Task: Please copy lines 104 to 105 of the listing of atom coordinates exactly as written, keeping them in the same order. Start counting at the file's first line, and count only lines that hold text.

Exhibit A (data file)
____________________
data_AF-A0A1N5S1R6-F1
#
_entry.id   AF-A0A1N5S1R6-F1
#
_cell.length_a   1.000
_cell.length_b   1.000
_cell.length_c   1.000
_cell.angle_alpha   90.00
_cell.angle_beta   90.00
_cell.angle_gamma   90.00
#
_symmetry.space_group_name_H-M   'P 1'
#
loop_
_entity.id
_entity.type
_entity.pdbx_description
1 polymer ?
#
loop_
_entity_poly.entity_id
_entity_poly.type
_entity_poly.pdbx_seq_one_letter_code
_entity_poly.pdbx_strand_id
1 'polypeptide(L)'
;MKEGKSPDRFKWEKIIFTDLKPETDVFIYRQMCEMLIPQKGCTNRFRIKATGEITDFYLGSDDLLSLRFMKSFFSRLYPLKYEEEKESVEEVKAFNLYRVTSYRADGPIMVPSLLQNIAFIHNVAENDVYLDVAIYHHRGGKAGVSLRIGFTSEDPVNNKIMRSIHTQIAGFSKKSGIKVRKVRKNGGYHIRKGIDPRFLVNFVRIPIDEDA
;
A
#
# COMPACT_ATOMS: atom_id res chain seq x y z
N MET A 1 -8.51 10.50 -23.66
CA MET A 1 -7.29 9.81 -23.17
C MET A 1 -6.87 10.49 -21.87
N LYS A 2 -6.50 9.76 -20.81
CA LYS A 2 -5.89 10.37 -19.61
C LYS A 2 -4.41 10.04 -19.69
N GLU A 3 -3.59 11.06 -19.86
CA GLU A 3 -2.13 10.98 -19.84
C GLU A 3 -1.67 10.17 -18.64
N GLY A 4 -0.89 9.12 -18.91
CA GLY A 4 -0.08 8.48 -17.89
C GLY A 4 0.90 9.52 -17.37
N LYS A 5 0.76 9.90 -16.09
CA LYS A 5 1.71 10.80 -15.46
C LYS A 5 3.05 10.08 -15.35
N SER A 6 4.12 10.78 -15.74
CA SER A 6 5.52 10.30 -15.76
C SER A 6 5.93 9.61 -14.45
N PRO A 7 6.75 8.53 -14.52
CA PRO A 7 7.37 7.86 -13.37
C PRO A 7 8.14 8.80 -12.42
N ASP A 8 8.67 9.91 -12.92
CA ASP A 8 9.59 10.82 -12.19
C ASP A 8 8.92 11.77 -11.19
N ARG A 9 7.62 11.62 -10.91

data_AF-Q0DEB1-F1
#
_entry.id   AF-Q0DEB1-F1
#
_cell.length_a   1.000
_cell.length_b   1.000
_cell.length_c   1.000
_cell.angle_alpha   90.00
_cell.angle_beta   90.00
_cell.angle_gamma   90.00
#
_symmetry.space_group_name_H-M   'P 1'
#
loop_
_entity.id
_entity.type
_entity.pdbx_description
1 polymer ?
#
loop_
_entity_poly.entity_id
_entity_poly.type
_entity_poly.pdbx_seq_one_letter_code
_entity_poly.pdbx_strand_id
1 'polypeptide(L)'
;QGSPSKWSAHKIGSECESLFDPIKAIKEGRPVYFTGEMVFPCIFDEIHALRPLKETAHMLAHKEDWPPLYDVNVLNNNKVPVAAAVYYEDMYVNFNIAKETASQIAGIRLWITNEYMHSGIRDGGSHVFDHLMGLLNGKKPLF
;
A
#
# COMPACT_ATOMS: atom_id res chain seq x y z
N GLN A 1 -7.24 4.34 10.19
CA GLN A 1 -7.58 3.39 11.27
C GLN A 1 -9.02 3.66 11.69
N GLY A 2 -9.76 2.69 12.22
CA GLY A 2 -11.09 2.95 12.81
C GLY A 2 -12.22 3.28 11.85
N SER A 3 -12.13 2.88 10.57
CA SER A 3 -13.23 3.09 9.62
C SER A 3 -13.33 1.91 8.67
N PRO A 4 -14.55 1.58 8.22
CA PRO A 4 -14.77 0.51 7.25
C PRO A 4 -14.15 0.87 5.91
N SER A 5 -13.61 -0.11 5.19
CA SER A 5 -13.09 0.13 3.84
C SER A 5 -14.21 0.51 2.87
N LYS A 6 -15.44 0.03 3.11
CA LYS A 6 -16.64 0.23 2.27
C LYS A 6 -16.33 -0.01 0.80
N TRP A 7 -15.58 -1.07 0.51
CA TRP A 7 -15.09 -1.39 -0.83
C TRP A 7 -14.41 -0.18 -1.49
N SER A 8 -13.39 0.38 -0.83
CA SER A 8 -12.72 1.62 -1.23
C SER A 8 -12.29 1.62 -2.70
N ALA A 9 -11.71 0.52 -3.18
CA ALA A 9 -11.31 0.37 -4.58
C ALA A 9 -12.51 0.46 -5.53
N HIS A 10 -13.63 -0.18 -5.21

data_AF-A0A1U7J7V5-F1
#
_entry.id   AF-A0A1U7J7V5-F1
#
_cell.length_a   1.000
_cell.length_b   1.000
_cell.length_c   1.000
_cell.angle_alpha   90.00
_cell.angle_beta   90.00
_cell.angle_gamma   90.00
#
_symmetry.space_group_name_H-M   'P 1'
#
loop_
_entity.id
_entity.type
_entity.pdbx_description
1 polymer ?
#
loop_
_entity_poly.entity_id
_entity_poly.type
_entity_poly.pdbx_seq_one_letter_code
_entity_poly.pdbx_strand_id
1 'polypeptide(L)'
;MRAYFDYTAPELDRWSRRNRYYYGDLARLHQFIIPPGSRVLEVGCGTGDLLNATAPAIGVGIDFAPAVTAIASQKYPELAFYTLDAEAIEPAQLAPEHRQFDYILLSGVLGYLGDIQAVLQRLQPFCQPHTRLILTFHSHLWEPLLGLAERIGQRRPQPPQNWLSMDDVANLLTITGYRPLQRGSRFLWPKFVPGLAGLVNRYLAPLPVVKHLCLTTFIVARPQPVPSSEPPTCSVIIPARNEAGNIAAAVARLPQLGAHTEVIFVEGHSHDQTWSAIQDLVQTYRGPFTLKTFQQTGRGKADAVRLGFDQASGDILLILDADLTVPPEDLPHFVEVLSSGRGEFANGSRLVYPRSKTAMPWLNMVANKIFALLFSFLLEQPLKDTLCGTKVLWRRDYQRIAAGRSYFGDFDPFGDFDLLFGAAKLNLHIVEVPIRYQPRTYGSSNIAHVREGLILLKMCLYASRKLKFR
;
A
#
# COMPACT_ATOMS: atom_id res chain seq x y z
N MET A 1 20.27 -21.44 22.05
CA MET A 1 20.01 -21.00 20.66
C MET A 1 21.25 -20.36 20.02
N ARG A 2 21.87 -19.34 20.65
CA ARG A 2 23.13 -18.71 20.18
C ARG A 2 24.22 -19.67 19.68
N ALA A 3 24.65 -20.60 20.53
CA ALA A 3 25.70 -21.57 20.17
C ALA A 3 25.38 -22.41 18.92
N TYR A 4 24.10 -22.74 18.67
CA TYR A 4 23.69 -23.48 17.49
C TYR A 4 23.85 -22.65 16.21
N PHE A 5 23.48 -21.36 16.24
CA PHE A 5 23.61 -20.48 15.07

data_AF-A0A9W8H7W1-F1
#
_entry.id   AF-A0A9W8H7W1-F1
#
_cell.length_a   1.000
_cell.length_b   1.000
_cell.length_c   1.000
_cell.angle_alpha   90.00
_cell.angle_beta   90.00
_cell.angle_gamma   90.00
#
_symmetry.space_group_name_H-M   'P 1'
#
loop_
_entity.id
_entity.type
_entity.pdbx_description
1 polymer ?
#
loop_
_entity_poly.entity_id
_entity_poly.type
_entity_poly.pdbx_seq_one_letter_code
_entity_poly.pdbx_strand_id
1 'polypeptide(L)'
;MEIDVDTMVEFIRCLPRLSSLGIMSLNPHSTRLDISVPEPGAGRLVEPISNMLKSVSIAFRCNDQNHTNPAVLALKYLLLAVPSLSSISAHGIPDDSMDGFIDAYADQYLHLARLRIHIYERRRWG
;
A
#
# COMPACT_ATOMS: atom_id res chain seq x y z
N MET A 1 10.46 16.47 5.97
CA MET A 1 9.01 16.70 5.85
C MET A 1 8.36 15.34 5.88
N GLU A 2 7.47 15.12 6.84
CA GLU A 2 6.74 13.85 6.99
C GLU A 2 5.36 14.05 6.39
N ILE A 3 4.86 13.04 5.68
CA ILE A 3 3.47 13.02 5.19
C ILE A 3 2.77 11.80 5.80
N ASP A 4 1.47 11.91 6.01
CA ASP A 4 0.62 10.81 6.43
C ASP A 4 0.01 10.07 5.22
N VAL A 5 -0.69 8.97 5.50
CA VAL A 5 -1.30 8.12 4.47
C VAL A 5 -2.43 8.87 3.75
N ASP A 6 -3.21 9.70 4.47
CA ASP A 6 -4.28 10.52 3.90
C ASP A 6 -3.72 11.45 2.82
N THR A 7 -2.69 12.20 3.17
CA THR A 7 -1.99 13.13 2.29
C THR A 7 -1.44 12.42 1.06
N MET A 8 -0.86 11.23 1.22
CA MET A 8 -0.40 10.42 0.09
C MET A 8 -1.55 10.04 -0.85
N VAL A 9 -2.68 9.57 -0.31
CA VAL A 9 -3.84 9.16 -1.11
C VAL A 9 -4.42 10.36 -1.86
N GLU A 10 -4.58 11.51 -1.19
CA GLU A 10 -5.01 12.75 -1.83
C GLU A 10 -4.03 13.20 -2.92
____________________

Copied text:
N TRP A 7 -15.58 -1.07 0.51
CA TRP A 7 -15.09 -1.39 -0.83